Big Bill Louise, Boston Grays: On Feb. 17, 1961, New York Newsday ran an article by Stan Isaacs, who had visited Kerouac at his home on Long Island to play his fantasy baseball game with him. “I patterned him after Babe Ruth,” Kerouac told his guest. “One day I had him come to bat chewing on a frankfurter.”
Hophead Deane, Washington Chryslers: Deane made the last out in the game Isaacs played with Kerouac. The player got his name because “he wears his hat askew and does silly things,” Kerouac explained. A player named Hophead today would probably be into craft IPAs.
The Sims brothers, Chicago Blues: “Sonny Sims, the center fielder, is like Willy Mays [sic]. His younger brother, Sugar Ray, was just brought up from the minors. He’s called Sugar Ray because he is a flashy character and looks like Sugar Ray Robinson.”
In the spring of 1949, Kerouac headed West on one of the trips that would make up “On the Road.” In Denver one night, he happens upon a softball game. That game was on a field now known as Sonny Lawson Park, the site of the first Negro League game in Denver.
Later, in between travels, Kerouac was back on the East Coast at his mother’s house with Neal Cassady, tracking three ballgames at once.
In September 1951, as he fretted over the 120,000-word scroll he had written chronicling these adventures, Kerouac's journal reveals that he watched the Giants-Dodgers playoff series that ended with Bobby Thomson’s “Shot Heard ’Round the World.” The Giants trailed, 4-1, entering the ninth inning; their starter, Sal Maglie, having given up four runs in eight innings before hitting the showers in the clubhouse out beneath the center-field bleachers. With Brooklyn three outs from a win, Kerouac imagines not Russ Hodges excitedly exclaiming a Giants win, but Red Barber announcing the opposite -- “The Dodgers win the pennant!”
That moment stuck with Kerouac, more than the Yankees’ victory over the Giants in the World Series. Over the next week, the Fall Classic got but a single mention: “MONDAY OCTOBER 8, 1951 – Did scripts – thought of going to sea -- fiddled -- faddled – Yanks beating Giants -- it started off as a beat day but ended up with a great discovery of my life. …”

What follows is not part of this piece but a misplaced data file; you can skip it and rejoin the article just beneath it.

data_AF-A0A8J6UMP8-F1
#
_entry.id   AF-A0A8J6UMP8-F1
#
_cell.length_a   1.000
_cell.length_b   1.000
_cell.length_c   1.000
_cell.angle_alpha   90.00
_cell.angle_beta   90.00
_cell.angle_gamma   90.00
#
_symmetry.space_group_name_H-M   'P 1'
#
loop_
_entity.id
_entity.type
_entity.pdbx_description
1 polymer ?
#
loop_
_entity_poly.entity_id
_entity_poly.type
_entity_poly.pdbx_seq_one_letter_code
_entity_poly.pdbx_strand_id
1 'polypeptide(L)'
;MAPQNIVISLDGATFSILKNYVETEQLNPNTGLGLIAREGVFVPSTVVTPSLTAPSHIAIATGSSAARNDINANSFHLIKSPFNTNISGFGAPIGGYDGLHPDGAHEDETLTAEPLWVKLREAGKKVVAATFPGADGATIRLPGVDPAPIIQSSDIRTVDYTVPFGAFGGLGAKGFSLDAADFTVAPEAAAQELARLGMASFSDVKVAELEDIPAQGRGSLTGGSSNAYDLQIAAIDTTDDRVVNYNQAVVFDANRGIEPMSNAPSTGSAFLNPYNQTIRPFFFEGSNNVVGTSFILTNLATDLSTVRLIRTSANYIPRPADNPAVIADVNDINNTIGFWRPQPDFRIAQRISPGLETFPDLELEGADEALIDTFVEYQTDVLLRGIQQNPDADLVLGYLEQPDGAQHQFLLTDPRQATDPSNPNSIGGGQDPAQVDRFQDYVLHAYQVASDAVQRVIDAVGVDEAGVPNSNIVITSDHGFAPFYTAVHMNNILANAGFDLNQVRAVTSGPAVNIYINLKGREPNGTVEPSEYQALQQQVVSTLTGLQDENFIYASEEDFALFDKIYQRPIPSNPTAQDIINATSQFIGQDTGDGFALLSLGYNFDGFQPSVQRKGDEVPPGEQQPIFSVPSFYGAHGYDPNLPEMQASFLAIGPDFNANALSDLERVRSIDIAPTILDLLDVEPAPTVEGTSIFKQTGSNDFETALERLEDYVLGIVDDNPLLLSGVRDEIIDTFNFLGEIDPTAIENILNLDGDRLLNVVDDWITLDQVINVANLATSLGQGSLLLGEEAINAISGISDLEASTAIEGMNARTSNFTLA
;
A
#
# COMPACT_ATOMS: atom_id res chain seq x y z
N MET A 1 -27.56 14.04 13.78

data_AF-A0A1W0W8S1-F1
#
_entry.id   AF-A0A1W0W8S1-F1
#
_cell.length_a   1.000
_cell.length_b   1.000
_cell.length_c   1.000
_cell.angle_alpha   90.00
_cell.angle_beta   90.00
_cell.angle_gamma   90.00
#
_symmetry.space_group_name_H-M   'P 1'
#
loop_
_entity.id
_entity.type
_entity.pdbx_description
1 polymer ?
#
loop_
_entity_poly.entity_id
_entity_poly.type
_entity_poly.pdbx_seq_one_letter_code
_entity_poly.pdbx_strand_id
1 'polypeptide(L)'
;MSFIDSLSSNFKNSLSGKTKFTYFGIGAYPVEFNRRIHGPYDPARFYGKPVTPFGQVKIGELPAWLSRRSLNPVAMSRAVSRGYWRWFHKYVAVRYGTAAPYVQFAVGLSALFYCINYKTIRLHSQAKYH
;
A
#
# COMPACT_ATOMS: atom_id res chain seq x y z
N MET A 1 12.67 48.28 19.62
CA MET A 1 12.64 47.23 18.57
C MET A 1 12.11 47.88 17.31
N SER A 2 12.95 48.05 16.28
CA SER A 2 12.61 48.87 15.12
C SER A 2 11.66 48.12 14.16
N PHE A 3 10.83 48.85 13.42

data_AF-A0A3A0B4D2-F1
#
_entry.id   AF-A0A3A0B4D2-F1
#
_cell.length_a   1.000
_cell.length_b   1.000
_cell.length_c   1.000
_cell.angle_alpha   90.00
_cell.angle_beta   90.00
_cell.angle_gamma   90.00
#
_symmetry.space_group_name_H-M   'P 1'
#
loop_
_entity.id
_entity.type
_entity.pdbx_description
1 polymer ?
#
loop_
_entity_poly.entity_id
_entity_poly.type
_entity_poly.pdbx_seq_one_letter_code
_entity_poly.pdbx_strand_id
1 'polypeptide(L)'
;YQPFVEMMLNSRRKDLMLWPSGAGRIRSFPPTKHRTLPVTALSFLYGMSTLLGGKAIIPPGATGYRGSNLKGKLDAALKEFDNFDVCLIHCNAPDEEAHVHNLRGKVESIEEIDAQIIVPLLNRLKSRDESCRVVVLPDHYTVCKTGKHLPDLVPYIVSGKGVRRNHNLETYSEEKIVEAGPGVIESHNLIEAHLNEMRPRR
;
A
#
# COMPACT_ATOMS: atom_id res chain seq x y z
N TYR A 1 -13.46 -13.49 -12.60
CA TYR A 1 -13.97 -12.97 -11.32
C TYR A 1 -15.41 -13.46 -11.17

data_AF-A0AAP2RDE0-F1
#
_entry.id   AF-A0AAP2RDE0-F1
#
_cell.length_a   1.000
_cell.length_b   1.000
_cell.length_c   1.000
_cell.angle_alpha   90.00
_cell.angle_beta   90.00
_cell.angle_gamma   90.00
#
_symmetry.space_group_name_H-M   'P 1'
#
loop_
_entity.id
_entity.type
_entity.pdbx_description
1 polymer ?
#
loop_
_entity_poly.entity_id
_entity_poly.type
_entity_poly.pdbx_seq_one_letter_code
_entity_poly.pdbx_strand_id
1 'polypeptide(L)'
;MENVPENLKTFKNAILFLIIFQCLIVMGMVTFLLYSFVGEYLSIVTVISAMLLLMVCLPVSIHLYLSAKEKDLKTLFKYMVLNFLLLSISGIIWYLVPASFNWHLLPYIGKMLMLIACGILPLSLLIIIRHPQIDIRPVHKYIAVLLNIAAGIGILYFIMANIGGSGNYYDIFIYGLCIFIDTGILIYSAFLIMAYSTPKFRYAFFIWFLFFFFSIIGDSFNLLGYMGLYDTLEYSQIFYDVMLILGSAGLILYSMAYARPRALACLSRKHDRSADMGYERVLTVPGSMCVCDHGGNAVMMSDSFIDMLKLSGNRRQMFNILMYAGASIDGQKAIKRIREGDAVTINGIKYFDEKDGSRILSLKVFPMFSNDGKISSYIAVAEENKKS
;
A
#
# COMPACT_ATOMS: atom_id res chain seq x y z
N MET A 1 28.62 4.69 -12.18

Kerouac continued to follow the game the rest of his life. One day in 1965, he showed up at the newspaper offices of the Evening Independent, the afternoon edition of the St. Petersburg Times. “Jack Kerouac dropped by the office last night and batted out three stories while I was trying to get one paragraph right,” the sports editor, Mike Fowler, wrote in the paper the next day.
“In Mid-June My Ideas About The Major League Race,” the headline read. “This old sorry horse will now predict the end of the pennant race, and lay it on the line on a 5 cent bet with the thousands of eager fans who will challenge me no bout contest.”
His predictions? The Tigers in the American League, the Braves in the National, led by “the greatest living ballplayer Hank Aaron” and “the Hall of Fame Eddie Mathews (right among us now).”
“The Milwaukee Braves, if the pitching holds up, have the power to DOWN anybody in the National League. Franchises have nothing to do with this. Simple baseball is beautifully played before people. As Dizzy (Jerome Hanna) Dean says, ‘Aint nothin I like better than a good ball game.’ Every American is interlocked with Cooperstown. (Look out for the Dodgers in the National, and the Yanks in the American.)” -- The Evening Independent, July 16, 1965
He was right to throw in the Dodgers at the end there -- they beat the Twins in seven games to win the 1965 World Series.
Baseball may have been one of the few things that made Kerouac happy in his final years. Now in his 40s, alcoholism taking its toll, he often sat at home, shades drawn, a bottle or a beer at his side as he watched TV. He still wrote, though; in addition to his ubiquitous pocket notebooks and journaling, he composed “Vanity of Duluoz” -- Jack Duluoz being his alter ego -- in 1967. It looks back on his teenage years and young adulthood (roughly ages 13 to 24), with baseball, as ever, evoking pleasant memories.
We also played a lot of baseball in Dracut Tigers field, scrub it’s called, where you get to bat and get ten whacks out, if you keep hitting singles or homeruns you keep going till you’re out ten times, either from fly ball or thrown out at first, though none of us bothered to run them out. Then you go into right field and work your way back.– Vanity of Duluoz, 1968
Thanks to James Hartzell, president of the Friends of Jack Kerouac in St. Petersburg, and Margaret Murray, a board member for the organization who developed a bike tour of Kerouac sites around the city that includes Al Lang Stadium. Click here to read more about Gary Cieradkowski’s card depicting Jack Kerouac as the manager of the Pittsburgh Plymouths, and here to read about Kerouac's time in St. Petersburg.